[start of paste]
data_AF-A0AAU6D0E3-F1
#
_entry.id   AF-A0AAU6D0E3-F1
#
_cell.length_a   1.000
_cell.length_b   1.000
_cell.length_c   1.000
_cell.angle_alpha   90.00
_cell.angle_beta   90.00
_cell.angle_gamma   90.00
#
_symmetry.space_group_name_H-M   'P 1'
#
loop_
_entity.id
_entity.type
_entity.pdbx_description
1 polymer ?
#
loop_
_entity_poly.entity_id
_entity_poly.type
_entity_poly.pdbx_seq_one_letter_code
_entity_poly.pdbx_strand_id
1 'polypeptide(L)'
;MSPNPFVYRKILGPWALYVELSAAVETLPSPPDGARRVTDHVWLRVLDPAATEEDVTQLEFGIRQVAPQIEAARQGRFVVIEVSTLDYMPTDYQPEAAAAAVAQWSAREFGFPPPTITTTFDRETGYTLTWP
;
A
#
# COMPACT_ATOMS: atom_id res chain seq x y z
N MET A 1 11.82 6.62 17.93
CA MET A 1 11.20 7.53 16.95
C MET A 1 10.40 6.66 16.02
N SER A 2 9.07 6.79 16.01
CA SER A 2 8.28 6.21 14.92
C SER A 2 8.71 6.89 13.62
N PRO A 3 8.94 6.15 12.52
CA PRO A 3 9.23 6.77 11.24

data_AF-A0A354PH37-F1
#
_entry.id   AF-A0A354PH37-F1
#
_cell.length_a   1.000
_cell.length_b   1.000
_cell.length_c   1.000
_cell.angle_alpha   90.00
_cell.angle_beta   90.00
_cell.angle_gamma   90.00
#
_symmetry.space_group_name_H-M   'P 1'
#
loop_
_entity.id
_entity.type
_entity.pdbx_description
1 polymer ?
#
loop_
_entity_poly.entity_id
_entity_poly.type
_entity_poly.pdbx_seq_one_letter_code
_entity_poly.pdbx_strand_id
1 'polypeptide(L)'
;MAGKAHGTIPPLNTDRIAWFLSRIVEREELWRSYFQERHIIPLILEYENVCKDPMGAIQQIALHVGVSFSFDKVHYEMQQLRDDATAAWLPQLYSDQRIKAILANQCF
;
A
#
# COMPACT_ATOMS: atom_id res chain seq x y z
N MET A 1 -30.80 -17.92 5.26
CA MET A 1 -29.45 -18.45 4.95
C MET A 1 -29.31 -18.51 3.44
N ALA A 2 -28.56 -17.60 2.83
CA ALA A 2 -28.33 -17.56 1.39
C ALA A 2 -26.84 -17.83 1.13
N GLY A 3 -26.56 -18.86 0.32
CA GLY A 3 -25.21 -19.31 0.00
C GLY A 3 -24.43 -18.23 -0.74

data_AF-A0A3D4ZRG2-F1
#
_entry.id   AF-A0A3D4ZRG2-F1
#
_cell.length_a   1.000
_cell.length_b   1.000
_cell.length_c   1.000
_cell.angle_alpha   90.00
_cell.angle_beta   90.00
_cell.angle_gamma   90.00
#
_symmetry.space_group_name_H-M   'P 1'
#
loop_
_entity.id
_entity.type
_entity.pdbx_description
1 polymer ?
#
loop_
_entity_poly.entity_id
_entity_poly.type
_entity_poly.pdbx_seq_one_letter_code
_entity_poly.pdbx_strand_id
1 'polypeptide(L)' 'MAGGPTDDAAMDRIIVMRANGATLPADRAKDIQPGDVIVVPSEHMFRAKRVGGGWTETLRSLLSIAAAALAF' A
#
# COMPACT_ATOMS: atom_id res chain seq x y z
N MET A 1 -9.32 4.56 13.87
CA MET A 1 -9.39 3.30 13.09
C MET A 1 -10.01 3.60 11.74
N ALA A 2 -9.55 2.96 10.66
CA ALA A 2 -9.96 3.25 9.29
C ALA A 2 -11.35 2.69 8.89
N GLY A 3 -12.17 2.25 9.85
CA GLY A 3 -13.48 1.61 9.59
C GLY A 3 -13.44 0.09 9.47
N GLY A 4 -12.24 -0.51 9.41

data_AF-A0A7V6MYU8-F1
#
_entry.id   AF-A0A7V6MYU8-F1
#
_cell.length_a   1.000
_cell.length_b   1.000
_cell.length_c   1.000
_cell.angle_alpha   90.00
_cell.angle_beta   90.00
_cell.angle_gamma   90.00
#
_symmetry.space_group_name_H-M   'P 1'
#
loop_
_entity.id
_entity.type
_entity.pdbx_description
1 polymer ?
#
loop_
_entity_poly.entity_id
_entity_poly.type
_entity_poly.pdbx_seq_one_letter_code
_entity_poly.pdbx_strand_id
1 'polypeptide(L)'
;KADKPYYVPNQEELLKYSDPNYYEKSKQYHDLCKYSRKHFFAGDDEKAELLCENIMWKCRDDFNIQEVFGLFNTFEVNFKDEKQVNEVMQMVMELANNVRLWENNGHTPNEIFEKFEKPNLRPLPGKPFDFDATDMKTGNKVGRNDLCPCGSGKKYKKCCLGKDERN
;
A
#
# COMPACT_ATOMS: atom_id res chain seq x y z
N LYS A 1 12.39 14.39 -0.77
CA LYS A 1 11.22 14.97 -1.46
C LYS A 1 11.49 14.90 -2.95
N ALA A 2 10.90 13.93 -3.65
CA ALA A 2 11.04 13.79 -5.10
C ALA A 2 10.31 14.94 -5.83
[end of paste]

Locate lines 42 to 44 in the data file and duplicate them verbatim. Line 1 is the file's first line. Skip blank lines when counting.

#
_cell.length_a   1.000
_cell.length_b   1.000